However, I find the study dwelling too much on external causes as well as consequences of injuries that young children experience. Little attention is directed on preventative strategies. However, the information gathered at the emergency department appears to be a good starting place for the assessment of the best preventative strategies for infants. This is because insights can be developed into the areas of prevention where priority should be put in the Canadian social context. A Canadian parent would find the information gathered at the emergency department extremely helpful in developing a sense of awareness on the need to adopt preventative strategies for his infant. Moreover, this information could provide a hint on the various ways in which various injuries can be avoided, simply on the basis of understanding all the causes. To the layperson, this information is also helpful in that it provides objective evidence on all the prevention priorities during anticipatory counseling and its impact on public health planning initiatives.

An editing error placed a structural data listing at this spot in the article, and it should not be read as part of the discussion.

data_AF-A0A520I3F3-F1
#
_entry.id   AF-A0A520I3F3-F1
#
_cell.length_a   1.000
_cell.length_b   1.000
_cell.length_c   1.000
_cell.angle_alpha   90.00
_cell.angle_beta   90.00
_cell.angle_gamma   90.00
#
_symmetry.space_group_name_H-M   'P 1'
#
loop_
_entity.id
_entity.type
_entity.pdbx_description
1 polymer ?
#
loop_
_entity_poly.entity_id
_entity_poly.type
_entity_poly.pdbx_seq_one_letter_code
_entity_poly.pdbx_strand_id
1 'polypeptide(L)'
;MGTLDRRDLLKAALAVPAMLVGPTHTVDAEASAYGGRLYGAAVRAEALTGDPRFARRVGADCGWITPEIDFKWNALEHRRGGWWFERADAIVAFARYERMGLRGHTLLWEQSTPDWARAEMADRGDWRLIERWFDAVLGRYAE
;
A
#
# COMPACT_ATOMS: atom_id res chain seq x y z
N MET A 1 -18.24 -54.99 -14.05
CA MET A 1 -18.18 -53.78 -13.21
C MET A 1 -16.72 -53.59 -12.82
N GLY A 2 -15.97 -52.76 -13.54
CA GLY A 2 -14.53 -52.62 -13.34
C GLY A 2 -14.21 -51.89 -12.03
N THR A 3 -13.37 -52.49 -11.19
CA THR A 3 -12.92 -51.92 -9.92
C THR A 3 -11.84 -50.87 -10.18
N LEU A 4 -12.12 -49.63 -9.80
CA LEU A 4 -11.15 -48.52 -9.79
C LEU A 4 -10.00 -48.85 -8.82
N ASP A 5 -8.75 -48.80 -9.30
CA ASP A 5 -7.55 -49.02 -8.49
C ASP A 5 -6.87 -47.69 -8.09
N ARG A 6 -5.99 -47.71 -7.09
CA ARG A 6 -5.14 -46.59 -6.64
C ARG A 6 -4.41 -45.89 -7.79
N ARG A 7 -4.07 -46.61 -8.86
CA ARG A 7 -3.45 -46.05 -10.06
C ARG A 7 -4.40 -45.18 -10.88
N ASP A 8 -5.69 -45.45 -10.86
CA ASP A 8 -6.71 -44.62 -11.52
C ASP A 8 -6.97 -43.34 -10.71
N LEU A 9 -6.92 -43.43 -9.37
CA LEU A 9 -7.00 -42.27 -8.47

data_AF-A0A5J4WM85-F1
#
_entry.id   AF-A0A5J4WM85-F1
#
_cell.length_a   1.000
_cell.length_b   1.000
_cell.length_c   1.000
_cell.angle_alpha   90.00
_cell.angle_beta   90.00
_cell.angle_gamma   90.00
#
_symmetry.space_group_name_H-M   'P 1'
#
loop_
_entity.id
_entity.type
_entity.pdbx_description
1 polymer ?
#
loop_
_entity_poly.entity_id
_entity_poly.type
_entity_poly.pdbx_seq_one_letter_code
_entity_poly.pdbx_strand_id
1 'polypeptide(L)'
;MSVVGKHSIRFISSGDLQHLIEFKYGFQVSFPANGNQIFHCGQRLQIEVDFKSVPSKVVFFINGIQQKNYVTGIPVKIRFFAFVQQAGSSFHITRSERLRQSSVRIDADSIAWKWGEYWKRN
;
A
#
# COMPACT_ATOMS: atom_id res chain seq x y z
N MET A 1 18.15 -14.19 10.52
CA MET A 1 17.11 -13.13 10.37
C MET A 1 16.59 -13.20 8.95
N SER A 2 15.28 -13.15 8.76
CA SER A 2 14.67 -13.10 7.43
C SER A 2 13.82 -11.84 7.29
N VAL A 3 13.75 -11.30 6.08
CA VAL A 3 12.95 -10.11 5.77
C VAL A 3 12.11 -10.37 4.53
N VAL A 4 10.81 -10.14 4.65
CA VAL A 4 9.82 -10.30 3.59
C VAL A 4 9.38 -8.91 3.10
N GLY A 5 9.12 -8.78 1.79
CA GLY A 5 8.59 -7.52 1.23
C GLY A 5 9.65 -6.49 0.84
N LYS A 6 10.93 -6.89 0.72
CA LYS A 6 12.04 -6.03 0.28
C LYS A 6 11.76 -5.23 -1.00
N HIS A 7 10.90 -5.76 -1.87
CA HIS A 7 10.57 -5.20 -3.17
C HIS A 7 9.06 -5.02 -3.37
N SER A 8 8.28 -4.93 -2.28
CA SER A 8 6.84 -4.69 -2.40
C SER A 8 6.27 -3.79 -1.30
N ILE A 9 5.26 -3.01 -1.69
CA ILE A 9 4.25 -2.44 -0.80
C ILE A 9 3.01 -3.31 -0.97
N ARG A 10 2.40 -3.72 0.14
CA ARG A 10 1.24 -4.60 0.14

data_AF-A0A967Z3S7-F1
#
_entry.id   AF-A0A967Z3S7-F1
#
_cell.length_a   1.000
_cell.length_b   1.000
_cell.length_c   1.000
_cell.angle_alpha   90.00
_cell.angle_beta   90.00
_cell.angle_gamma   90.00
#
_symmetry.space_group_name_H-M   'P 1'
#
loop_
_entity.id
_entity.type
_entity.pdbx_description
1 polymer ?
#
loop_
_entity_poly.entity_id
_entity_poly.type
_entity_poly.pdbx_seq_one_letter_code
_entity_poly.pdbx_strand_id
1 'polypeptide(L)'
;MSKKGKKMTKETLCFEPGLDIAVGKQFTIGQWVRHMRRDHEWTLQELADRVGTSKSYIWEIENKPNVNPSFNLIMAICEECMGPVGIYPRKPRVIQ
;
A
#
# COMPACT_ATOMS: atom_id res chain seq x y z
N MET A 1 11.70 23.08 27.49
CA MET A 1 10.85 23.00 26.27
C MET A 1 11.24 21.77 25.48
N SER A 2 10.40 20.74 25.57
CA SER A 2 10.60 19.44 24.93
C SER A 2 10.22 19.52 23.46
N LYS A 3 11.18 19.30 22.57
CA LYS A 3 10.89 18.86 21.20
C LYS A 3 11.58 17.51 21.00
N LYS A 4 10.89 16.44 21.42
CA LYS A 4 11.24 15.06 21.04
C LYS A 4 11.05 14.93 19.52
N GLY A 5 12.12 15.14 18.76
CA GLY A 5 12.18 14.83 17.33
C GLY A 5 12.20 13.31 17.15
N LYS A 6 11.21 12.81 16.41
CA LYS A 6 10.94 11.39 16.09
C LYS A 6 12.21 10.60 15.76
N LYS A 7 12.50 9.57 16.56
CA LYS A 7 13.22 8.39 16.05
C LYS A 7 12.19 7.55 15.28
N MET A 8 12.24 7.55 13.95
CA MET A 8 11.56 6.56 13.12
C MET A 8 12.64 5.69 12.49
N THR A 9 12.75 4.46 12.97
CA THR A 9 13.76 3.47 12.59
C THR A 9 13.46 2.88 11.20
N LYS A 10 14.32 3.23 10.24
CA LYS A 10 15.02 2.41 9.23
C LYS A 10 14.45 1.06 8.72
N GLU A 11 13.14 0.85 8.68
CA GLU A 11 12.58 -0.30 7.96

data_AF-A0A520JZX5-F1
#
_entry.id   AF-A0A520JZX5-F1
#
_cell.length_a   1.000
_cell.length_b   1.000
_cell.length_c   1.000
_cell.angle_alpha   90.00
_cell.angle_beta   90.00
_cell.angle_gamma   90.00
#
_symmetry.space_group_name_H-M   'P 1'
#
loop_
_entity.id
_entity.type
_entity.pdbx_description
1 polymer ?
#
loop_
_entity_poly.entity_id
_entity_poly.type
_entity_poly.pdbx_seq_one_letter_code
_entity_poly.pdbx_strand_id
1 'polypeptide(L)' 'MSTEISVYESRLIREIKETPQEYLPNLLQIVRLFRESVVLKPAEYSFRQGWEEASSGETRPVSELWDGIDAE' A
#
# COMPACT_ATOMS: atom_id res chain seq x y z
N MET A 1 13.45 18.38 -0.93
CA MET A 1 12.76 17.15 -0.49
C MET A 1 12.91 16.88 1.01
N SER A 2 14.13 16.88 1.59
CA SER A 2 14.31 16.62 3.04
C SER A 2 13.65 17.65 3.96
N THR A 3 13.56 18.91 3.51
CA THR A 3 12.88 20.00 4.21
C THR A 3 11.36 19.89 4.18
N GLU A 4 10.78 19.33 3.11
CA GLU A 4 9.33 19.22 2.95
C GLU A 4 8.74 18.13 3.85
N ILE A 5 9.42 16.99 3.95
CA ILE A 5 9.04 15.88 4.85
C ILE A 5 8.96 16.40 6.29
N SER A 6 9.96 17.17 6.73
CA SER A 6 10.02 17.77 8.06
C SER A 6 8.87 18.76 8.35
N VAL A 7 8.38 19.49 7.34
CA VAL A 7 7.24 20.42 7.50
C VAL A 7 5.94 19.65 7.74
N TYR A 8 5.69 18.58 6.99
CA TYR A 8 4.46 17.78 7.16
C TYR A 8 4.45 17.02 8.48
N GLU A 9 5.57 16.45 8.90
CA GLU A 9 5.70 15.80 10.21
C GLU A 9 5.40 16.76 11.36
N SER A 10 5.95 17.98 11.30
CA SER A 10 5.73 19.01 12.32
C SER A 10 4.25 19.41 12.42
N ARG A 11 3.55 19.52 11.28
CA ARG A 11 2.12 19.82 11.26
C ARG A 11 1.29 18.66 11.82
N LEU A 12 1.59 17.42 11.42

Flavin (2006) found out that the average annual rate of a childhood injury that was attended by the emergency department was 107 per 1000, with boys continually experiencing higher rates of injury annually than girls. External injury causes changed substantially on the basis of the developmental stage. On this basis, Flavin came up with four prevention priorities namely: the optimization of supervision, limitation of access to hazards, protection from heights, and anticipation of risks. This is an extremely important piece of advice to a layperson. I think this population-based surveillance analysis is a rich source of evidence-based upon which anticipatory counseling efforts can be enhanced in order to prevent childhood injury.